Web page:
How Your Credit Score Could Affect Your Dating Prospects
Almost everyone experiences a credit slip-up now and then, but for some people, messy money management could have a surprising effect on their personal lives. If you have bad credit you may be unlucky when it comes to finding love. A recent Bankrate study found that roughly two in five U.S. adults said knowing someone’s credit score would influence their decision to go on a date with that person.
Key survey findings
The Bankrate research revealed 42% of millennials, 47% of college graduates, and 50% of those with an annual household income of $75,000 or more agreed that credit scores matter when it comes to choosing a mate. Credit scores seemed to matter more to women than men. Among female research participants, 43% said discovering someone’s score would have either a major or minor impact on their interest. Only 32% of men said they would agree. “Knowing someone’s score is important, but it’s much more important to know someone’s attitudes toward money,” Certified Financial Planner Pam Friedman told Bankrate.
Other findings: Roughly 78% of cardholders who have requested a credit limit increase were approved. Also, about 34% of Americans have never taken the time to examine their credit history.
In light of the fact that more consumers are concerned about their potential love’s financial status, dating sites dedicated to weeding out daters with low credit risk from those with high credit risk have sprung up over the years. One website that has gained attention is CreditScoreDating.com. The website greets daters with the proclamation “good credit is sexy.” A study conducted by Wakefield Research on behalf of Citigroup further proves that daters find good credit highly appealing. More than three out of four survey respondents (78%) in a relationship said they would rather have a partner who manages money well over someone who is physically attractive.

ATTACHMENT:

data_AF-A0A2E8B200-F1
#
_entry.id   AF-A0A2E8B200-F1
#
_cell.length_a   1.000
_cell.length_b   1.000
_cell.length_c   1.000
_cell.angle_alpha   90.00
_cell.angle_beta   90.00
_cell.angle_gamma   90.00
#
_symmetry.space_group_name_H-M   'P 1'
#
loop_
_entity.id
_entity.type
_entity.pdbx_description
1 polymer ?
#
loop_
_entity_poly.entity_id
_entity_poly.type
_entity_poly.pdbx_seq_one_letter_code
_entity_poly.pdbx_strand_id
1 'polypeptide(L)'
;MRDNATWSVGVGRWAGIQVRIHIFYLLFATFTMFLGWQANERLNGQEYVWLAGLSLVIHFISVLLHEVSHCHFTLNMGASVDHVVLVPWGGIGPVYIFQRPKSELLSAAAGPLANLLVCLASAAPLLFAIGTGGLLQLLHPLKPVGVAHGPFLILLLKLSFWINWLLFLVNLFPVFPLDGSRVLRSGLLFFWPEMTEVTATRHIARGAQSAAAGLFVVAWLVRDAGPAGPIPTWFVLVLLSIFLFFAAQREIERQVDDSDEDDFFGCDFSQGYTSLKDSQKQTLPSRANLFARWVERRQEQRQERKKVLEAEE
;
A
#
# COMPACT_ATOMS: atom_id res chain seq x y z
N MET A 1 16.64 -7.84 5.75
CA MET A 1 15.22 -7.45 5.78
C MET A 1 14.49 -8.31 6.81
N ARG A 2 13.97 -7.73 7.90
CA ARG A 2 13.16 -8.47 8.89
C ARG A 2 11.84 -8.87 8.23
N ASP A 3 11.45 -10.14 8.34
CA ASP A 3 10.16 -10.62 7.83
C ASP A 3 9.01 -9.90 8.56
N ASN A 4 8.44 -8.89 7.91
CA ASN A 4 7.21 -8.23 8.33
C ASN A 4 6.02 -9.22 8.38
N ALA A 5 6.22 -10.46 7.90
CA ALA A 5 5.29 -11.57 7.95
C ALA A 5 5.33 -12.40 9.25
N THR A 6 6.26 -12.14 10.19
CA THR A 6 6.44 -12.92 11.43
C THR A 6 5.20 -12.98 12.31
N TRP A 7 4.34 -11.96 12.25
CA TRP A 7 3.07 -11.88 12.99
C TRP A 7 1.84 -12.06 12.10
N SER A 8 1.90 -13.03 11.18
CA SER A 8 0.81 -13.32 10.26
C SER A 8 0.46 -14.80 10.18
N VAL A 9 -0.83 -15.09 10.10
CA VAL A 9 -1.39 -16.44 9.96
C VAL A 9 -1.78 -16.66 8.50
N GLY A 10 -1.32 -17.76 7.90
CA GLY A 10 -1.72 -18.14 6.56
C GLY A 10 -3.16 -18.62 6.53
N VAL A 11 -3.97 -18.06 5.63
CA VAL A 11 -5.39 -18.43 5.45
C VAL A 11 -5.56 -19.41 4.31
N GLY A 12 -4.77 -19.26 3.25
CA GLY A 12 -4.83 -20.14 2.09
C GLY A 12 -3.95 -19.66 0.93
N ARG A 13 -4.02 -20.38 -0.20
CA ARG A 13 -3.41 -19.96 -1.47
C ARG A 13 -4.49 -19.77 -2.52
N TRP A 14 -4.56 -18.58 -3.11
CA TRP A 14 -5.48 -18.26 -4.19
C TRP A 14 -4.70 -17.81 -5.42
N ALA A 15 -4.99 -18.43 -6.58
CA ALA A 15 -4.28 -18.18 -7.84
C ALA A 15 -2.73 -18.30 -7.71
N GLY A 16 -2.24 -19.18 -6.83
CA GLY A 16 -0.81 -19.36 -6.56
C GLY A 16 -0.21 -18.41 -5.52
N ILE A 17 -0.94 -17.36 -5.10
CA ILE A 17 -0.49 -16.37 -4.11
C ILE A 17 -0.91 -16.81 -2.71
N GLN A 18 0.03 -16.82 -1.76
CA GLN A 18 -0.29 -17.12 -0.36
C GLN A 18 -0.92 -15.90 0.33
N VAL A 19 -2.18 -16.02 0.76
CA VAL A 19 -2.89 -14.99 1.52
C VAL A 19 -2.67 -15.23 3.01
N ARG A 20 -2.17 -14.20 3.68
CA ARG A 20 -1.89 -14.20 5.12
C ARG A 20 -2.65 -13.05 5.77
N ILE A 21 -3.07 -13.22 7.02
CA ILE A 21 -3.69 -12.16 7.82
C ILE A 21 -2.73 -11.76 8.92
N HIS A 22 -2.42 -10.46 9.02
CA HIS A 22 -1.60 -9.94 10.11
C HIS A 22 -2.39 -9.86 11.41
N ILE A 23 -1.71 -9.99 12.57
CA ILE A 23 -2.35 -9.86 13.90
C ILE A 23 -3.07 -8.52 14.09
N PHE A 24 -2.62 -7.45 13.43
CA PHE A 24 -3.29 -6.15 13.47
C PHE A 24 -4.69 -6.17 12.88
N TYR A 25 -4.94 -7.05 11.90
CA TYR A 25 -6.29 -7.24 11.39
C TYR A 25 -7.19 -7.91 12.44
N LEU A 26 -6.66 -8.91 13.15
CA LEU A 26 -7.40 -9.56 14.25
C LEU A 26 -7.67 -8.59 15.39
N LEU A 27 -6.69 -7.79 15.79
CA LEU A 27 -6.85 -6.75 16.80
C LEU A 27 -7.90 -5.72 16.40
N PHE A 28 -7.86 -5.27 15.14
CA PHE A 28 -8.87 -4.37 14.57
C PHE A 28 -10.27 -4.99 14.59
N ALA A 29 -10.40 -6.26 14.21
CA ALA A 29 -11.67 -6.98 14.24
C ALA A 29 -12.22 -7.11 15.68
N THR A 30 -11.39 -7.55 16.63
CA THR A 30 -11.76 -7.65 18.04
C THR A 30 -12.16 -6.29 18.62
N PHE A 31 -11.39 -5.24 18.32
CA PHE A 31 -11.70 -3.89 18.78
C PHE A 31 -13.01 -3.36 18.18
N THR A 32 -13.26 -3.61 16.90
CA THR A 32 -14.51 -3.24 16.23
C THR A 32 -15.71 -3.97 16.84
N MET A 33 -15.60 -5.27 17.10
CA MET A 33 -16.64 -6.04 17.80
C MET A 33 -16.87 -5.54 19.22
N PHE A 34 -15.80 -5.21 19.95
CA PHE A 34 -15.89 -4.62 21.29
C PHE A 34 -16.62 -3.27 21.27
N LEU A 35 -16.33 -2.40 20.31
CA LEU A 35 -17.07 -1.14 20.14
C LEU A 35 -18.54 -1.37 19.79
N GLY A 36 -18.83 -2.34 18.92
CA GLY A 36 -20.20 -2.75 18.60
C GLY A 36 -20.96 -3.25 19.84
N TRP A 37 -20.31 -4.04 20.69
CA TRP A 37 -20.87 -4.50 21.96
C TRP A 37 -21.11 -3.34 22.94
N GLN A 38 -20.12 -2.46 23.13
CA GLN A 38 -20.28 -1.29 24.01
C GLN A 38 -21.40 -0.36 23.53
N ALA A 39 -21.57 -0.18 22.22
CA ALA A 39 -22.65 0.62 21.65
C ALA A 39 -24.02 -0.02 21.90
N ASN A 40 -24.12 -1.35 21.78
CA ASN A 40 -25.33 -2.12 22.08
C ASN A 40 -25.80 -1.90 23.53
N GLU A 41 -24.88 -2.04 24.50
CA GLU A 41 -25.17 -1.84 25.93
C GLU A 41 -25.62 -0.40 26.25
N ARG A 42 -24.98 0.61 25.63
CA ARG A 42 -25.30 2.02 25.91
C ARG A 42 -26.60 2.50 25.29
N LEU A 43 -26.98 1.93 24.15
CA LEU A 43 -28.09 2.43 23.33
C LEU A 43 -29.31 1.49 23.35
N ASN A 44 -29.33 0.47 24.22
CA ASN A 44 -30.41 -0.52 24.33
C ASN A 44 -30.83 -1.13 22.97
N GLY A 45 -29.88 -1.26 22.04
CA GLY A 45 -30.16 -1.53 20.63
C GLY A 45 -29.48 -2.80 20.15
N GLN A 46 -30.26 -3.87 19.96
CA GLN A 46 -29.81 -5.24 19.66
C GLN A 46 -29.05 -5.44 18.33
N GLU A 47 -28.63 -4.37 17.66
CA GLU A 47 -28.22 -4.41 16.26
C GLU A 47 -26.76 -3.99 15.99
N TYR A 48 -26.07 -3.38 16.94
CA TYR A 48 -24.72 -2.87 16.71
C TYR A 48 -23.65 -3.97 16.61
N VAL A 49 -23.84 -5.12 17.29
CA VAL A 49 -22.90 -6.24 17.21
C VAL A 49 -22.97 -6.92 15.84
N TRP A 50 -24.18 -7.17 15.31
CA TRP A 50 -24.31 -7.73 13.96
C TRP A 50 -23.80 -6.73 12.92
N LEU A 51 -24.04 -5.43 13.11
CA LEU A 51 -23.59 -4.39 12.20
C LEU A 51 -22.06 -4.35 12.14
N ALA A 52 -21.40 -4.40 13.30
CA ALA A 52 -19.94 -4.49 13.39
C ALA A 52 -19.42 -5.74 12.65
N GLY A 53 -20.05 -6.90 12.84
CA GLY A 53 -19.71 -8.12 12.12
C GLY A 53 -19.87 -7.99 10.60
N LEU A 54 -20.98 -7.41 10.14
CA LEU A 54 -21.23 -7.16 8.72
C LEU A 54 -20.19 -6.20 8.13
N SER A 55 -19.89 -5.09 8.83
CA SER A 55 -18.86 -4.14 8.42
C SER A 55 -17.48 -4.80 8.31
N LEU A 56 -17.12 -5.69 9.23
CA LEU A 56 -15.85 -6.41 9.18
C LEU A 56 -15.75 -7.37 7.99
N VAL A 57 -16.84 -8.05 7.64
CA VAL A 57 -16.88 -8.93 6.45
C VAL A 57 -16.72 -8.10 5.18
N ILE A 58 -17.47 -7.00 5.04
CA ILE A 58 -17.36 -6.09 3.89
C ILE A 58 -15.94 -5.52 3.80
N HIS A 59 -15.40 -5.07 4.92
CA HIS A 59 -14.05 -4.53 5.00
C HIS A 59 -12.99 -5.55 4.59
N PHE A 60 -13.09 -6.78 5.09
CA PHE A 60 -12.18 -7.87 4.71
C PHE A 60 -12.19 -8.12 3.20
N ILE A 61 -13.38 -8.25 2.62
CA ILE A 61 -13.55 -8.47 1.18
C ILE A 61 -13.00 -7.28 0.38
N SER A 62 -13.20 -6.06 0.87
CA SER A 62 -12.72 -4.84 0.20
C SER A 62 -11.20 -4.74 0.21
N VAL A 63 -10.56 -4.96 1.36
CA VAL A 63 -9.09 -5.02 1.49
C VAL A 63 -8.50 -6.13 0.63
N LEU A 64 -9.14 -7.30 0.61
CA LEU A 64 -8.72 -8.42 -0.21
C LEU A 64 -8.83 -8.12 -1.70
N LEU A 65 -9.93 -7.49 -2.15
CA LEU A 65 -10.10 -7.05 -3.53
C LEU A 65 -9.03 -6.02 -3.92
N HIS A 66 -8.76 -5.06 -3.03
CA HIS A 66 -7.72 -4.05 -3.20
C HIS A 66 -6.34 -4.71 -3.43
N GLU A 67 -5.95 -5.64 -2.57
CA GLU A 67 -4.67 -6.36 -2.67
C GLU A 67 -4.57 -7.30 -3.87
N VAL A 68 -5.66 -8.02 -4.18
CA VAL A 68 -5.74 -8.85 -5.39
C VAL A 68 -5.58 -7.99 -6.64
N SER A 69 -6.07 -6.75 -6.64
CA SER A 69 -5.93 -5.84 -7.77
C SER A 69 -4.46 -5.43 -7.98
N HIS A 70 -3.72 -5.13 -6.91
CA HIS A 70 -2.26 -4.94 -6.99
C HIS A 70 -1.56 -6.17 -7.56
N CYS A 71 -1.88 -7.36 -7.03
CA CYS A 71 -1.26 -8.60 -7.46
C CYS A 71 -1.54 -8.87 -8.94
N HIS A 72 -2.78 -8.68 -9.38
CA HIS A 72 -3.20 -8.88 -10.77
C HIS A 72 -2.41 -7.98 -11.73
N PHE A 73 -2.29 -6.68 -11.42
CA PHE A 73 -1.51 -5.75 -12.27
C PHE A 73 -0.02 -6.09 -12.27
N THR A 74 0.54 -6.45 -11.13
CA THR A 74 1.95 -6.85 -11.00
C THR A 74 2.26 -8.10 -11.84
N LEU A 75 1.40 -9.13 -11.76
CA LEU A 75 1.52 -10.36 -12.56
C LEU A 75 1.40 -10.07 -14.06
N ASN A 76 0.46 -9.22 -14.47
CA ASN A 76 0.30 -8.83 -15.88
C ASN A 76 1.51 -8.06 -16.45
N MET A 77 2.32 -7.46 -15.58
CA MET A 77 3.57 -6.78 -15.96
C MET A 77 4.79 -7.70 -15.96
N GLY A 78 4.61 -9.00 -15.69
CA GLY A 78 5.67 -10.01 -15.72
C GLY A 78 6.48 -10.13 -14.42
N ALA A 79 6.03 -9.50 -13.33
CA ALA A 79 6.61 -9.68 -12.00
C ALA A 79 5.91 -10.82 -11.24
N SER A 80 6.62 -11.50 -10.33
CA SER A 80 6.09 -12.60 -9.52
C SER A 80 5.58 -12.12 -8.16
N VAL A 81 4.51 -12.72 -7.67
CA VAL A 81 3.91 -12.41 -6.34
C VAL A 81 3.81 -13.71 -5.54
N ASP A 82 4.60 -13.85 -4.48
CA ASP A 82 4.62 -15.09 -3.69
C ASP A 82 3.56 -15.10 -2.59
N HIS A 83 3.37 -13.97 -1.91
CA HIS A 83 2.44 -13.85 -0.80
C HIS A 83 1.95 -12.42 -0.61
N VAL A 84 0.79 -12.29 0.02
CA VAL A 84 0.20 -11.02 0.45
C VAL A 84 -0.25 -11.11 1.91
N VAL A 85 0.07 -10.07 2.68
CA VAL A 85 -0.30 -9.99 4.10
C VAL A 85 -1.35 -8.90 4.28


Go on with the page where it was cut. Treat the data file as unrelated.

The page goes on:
How you can improve your credit
You’ll have no way of knowing the status of your credit unless you order and review your credit report. Consumers are eligible for one free credit report from each of the three major credit reporting agencies (Equifax, Experian, and Transunion) every 12 months. You can get your free report when you visit the Annual Credit Report website. Just make sure you do more than review your report. If you see any errors, no matter how small you may think they are, take steps to correct the errors right away.
Also commit to drafting and sticking to a budget. This will help you stay on track with spending and reach financial goals sooner. In addition, work on consistently contributing to your emergency savings fund. You’ll rely less on credit when you’re aware of how much cash is coming into and going out of your household and when you have a nest egg for unexpected expenses. When you know how much money you have to spend, and you save consistently, the chances of being taken off guard by a money emergency are reduced.